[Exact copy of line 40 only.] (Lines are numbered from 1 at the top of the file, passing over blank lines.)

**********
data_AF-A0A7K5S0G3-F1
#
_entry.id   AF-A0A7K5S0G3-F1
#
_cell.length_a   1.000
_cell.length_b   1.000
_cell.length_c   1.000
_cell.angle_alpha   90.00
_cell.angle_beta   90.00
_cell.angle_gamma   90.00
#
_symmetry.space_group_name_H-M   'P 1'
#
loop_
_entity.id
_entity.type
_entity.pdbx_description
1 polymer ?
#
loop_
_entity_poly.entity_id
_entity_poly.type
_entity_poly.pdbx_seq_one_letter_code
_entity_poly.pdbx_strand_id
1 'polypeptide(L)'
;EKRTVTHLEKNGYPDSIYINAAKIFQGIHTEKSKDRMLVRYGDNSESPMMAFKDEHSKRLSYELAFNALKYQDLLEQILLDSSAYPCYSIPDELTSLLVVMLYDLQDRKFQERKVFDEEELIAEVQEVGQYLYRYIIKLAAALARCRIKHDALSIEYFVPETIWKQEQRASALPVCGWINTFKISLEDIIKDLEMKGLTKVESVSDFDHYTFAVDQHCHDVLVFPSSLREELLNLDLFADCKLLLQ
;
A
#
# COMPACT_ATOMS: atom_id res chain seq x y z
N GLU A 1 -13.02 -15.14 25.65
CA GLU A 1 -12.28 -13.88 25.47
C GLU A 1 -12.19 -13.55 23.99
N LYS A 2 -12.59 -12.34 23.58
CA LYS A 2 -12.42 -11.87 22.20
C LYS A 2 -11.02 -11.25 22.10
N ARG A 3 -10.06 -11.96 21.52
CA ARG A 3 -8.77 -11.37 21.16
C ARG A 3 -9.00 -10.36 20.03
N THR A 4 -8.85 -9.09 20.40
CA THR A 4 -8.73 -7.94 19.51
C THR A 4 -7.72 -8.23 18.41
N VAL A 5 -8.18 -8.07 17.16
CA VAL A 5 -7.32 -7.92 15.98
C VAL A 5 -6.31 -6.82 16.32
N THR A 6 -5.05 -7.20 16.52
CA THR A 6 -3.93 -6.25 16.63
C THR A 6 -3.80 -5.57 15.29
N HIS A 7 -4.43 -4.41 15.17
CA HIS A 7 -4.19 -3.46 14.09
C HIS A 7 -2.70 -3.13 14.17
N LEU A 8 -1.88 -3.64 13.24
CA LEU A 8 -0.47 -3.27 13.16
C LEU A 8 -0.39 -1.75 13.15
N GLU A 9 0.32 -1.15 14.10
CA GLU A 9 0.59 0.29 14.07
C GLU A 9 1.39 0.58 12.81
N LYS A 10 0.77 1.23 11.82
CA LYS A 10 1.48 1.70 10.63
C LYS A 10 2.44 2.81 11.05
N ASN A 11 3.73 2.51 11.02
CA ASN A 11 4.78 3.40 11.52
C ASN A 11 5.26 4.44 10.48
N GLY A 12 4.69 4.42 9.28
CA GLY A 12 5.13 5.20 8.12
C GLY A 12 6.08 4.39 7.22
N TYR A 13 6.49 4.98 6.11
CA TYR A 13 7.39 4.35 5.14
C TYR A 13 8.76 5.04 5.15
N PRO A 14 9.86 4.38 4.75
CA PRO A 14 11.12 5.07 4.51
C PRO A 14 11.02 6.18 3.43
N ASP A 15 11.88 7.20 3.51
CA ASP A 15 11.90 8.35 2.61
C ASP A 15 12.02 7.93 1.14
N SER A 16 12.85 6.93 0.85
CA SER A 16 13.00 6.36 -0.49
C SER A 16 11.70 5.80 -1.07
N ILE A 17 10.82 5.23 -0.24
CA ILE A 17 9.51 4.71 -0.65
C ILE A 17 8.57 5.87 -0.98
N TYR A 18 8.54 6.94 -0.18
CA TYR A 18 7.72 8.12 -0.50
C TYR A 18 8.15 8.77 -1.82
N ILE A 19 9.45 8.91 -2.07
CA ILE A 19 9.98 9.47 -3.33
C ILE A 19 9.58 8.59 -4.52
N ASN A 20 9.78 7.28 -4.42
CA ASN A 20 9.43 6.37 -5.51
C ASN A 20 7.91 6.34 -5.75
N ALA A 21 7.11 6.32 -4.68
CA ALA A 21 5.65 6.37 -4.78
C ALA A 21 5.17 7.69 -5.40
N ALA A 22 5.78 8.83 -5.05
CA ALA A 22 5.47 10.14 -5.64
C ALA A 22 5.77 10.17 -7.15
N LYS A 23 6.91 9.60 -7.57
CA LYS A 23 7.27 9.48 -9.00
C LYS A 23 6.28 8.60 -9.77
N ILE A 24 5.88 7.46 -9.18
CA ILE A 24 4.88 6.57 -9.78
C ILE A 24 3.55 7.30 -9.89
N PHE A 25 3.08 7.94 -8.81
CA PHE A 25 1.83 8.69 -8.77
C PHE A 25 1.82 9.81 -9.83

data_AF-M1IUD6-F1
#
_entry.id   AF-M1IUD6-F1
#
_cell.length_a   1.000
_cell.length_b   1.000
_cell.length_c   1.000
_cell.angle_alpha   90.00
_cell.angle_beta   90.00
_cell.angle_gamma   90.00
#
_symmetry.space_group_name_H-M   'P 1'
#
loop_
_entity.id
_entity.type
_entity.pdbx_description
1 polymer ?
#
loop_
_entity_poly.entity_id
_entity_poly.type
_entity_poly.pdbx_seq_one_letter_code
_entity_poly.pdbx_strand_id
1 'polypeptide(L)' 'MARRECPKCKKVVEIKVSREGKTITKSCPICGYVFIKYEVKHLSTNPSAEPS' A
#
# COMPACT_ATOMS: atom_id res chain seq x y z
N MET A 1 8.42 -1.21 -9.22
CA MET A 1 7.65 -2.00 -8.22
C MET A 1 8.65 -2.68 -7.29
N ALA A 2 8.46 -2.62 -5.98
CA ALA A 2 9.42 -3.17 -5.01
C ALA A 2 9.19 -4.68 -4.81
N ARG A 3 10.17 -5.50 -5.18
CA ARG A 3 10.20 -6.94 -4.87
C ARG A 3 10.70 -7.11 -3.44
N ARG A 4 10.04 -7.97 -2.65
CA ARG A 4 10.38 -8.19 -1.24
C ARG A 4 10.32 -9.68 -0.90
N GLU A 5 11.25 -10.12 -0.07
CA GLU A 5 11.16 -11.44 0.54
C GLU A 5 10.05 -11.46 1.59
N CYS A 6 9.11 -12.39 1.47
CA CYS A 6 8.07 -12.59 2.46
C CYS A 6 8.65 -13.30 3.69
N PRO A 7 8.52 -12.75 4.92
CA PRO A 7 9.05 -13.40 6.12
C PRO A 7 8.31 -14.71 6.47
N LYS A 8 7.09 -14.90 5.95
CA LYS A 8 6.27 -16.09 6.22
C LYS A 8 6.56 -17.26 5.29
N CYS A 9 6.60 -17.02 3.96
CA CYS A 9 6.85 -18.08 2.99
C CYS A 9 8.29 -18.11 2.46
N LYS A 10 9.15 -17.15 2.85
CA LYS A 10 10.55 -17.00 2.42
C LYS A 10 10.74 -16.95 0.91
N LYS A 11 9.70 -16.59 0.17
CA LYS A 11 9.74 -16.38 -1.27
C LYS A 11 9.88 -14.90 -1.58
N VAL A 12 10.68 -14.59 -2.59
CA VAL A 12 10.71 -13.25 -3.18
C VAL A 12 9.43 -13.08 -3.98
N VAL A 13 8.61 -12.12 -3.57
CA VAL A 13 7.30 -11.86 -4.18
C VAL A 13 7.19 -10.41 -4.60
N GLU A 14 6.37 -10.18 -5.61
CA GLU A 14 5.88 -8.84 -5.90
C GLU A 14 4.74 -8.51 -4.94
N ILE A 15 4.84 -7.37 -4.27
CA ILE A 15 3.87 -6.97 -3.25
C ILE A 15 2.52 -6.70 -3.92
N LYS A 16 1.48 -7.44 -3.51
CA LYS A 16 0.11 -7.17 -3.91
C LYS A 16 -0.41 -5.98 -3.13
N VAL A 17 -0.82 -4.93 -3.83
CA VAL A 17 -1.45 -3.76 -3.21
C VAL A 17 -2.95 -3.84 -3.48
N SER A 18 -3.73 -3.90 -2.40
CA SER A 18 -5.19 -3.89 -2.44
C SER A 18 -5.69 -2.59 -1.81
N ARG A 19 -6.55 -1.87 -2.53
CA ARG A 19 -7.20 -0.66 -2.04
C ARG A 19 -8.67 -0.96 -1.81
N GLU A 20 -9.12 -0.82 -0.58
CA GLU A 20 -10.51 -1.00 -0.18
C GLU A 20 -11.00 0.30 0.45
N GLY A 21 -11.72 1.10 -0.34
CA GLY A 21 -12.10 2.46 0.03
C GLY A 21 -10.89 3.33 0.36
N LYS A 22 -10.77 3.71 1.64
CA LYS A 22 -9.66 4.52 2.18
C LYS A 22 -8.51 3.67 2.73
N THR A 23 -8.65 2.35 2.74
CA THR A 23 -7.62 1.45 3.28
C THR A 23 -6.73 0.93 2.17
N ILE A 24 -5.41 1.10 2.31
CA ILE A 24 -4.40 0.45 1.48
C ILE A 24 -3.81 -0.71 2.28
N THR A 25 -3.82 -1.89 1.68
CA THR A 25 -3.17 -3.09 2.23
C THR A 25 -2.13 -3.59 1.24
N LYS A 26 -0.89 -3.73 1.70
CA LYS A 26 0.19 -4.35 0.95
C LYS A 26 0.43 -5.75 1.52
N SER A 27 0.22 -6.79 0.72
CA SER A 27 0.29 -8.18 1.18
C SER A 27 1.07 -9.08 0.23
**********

N THR A 4 -8.85 -9.09 20.40